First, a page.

How Girl Scout cookies captured the heart of America - Deepstash
The success of Girl Scout Cookies

Girl Scout cookies are beloved: They are also part of successful marketing and youthful entrepreneurship.

From January to April every year, over a million scouts in the U.S. sell about 200 million boxes of cookies. The sales are more than Oreo sales.

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  • Girls Scouts is an organisation for girls ages 5 through 18. The organisation combines life skills, STEM, the outdoors, and entrepreneurship with civic engagement and deliver essential girl-led programming.
  • Girl Scouts sell cookies.
  • There are 12 essential types of Girl Scout Cookies, but not all cookies are available everywhere.

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  • In 1917, a troop of Girl Scouts in Muskogee, Oklahoma, held a cookie sale to fund troop activities. The original cookies were home-baked.
  • Other troops followed suit, and in July 1922, the American Girl magazine published a recipe for basic sugar cookies, intended for troop sales.
  • In 1934, the Girl Scouts of Greater Philadelphia Council sold a commercially baked version.
  • By 1951, the basic cookies were a sandwich cookie, a shortbread cookie, and a Thin Mint.
  • Other cookies came and went, but the shortbread (Trefoils) and Thin Mints are enduring classics.

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In the late '40s, 29 different bakeries were making Girl Scout cookies, but they have been trimmed down through the years. Today, Girl Scout cookies are produced by two bakeries: ABC Bakers and Little Brownie Bakers.

During the prime cookie season, the nation's Girl Scouts do about $800 million in total cookie sales. This makes the cookie program the largest financial investment in girls annually in the United States.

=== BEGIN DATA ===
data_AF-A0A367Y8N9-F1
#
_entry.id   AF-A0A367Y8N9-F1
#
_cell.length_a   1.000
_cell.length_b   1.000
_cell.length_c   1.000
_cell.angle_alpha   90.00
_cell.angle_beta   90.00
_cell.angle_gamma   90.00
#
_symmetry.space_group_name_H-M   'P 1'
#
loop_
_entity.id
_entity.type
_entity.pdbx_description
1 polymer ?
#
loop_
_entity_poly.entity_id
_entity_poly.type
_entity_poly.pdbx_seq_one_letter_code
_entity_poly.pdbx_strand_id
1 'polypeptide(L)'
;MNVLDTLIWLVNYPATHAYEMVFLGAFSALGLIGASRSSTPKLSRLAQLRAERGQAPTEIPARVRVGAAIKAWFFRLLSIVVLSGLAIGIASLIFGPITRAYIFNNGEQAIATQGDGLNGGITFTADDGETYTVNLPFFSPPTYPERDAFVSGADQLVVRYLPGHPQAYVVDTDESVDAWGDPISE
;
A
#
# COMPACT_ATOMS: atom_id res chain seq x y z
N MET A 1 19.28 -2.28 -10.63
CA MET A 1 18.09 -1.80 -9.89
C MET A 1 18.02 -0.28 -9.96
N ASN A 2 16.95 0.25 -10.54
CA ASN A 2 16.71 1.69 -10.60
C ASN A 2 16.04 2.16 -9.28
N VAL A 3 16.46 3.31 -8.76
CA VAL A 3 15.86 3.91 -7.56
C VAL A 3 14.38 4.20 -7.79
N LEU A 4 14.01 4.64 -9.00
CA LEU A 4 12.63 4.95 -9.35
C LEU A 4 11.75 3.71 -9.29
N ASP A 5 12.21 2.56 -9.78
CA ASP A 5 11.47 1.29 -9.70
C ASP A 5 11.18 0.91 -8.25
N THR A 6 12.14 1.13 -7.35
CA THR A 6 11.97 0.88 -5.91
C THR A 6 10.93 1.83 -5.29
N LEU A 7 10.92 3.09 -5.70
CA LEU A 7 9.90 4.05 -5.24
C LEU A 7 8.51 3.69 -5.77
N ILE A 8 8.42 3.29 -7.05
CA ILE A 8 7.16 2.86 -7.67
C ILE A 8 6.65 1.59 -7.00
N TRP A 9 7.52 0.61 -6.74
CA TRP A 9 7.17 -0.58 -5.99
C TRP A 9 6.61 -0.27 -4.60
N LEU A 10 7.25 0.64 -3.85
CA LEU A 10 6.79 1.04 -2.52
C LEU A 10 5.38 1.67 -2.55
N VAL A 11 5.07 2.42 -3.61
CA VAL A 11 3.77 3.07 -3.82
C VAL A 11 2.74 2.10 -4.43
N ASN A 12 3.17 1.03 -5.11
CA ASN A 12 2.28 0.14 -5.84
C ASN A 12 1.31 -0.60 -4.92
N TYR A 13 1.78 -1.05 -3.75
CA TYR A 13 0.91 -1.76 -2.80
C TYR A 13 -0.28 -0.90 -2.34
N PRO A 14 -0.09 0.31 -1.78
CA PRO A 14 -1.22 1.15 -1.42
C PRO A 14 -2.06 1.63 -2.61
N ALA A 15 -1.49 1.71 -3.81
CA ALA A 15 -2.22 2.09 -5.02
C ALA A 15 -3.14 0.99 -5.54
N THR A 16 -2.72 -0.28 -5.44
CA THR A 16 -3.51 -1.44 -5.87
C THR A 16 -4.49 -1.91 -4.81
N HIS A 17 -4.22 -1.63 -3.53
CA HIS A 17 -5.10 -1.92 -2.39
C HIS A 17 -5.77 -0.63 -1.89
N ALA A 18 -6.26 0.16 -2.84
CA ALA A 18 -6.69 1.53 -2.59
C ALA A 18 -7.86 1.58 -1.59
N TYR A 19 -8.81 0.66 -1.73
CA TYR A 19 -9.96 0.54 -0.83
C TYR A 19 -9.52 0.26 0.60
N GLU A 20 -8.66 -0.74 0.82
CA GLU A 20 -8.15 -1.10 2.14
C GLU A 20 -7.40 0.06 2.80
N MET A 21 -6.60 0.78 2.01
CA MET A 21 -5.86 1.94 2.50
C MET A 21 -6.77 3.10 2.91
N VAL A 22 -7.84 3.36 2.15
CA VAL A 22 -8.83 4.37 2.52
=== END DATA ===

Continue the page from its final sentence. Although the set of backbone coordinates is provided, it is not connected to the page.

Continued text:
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The proceeds are divided between the council and the particular troop, where it goes toward activities and projects. A girl or her family buy the boxes they sell, which means it is essential to actually sell them.

Selling these cookies is the first career move for millions of girls. They have to learn how to handle money and market themselves and their product to customers. But, the girls are not always the ones doing the selling, and parents often dread this season.

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Besides exasperated parents who feel responsible for the sale of the cookies, health advocates object to the cookies as just another sign of hyperconsumption.

But people love Girl Scout cookies - partly because of taste and part because of the nostalgia. They remind you of childhood. They are also limited to a season of the year. But the biggest appeal is people wanting to support the girls themselves. You want the girls to build their skills and succeed with confidence.

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